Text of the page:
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Compass Airlines, Breeze Aviation File to Transfer DOT Certificate
Compass Airlines and Breeze Aviation Group have jointly filed with the U.S. Department of Transportation (DOT) for the transfer of Compass’ Certificate of Public Convenience and Necessity to Breeze. If finalized, the transfer would allow Breeze to engage in “interstate scheduled air transport,” per the DOT filing seen by AirlineGeeks.
“By utilizing Compass’s manuals, resources, and processes, FAA certification will be completed more efficiently and, accordingly, the introduction of new service to underserved markets will be accelerated,” Breeze argued in the filing. “This in turn will result in the hiring of aviation workers and a more rapid recovery from the COVID-19 pandemic.”
Breeze, a startup airline launched by JetBlue founder David Neeleman, originally applied for an operating certificate in February of this year, though it faced setbacks as the Coronavirus pandemic hit the United States soon after.
The most recent filing was made on July 9, and it was requested that the application be reviewed expeditiously so the certificate can be used as soon as possible. Breeze anticipates starting services on October 15, 2020 with Embraer ERJ-190/195 aircraft, per the filing.
Breeze argues that the certificate’s transfer is of public interest since Compass is not using the certificate after ceasing operations in April. Breeze says that its plan of focusing on underserved routes and markets will facilitate travel and economic development between and in smaller communities, thereby boosting economies, creating jobs and expediting recovery from the coronavirus pandemic whenever that recovery may come.
Breeze says it has been “actively working through the process of establishing an airline” and plans first to introduce charter air transport this year before launching scheduled services in 2021.
Breeze and Compass reached an Asset Purchase Agreement on July 6, just days before filing to transfer the certificate. The agreement will allow Breeze to acquire Compass assets that permitted Compass to exercise its Certificate and will allow Breeze to do the same. Compass will not transfer any of its international authorities, instead simply giving Breeze the resources necessary to operate interstate flights in the United States. This includes access to the operating authority that will let Breeze operate the ERJ-190/195 aircraft.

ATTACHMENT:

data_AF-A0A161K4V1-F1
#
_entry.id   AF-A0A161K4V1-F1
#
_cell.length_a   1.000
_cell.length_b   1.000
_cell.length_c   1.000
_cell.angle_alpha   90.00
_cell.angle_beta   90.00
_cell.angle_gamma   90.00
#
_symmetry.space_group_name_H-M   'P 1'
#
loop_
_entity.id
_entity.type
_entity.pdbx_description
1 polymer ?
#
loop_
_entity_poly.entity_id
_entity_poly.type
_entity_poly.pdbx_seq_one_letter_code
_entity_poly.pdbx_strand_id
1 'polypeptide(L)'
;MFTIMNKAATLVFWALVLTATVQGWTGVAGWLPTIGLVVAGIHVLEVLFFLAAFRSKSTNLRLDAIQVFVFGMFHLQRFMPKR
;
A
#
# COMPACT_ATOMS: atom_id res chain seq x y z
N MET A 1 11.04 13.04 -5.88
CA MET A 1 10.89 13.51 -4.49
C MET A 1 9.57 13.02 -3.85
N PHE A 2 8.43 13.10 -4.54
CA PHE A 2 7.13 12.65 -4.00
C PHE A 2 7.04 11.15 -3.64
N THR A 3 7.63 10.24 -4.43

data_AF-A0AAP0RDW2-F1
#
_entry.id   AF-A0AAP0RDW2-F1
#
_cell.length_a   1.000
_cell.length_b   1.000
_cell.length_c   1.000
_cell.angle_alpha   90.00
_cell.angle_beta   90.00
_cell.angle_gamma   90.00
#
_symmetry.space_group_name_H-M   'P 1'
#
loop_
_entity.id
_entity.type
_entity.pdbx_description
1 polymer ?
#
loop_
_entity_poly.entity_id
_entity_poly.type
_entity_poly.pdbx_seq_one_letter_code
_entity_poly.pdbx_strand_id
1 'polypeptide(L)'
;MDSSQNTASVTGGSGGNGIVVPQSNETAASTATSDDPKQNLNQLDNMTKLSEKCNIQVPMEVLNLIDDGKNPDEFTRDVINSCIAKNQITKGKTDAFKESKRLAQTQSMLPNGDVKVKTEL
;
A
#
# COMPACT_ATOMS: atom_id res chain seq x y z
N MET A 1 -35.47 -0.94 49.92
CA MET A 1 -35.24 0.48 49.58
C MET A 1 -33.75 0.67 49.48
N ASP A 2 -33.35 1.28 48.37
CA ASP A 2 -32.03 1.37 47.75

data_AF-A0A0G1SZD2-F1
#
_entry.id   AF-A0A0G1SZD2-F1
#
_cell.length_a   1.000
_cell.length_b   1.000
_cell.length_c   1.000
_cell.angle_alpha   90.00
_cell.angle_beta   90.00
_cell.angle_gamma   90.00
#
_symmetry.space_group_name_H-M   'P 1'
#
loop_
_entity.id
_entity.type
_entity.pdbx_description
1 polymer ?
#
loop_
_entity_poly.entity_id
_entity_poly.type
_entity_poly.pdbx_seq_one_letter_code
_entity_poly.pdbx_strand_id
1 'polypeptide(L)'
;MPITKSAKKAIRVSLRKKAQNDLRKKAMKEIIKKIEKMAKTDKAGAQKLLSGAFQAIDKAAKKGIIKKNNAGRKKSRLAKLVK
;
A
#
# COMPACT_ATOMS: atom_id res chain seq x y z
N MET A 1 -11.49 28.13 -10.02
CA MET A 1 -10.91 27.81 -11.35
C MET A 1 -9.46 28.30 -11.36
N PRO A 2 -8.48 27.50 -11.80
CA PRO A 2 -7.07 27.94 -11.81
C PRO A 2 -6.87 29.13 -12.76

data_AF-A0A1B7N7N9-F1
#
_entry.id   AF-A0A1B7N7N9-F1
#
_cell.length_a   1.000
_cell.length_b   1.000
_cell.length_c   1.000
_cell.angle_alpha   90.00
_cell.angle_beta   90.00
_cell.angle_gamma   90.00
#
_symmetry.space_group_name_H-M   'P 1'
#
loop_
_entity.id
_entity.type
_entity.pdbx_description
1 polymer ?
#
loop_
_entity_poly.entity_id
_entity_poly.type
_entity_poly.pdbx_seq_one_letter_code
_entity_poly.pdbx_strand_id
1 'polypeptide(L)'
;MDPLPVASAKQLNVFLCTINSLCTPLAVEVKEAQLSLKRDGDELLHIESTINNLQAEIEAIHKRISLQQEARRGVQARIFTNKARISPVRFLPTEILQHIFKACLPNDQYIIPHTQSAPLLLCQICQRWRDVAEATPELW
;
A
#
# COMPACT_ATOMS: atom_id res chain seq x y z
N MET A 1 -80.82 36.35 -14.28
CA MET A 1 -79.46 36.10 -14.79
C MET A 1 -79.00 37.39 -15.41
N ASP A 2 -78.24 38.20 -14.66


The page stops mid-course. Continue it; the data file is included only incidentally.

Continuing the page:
“Breeze has adjusted its plans accordingly to both account for shifts in demand and take advantage of opportunities [in response to the COVID-19 pandemic],” the filing says. “Instead of operating charter services for three months before introducing scheduled services in the winter of 2020 as contemplated in our February Application, Breeze will initially operate charter services for six months before entering scheduled service in May of 2021.”
Breeze will be based in Minneapolis, Minn. and will take delivery of its first Airbus A220s, which will serve as the backbone of its long-term fleet, in August 2021. In the meantime, it will lease fifteen ERJ-190 from Nordic Aviation Capital.
Breeze has raised $4.2 million since its original February application in addition to the original financing provided by Neeleman. The airline is currently trying to raise an additional $45 million by selling shares to about four other investors.
Neeleman expects that his business model of targeting underserved routes in the U.S. will majorly disrupt the American market.
“I don’t start an airline just for the sake of starting,” Neeleman said after officially launching the airline earlier this year. “There’s a need in the United States. You know, the route system of the other airlines is focused really on hubs rather than spokes.”
Neeleman has seen considerable success introducing major airlines in markets around the world. Besides JetBlue, he launched low-cost Morris Air on the U.S. West Coast; Canada’s WestJet, which has grown to be a major player in the Canadian industry; and Brazil’s Azul, which broke up a major duopoly in the Brazilian market.
“There is no greater teacher than experience,” Neeleman said after the February launch, touching on the airline industry veterans he has hired to lead Breeze. “We just have a lot of experience.”
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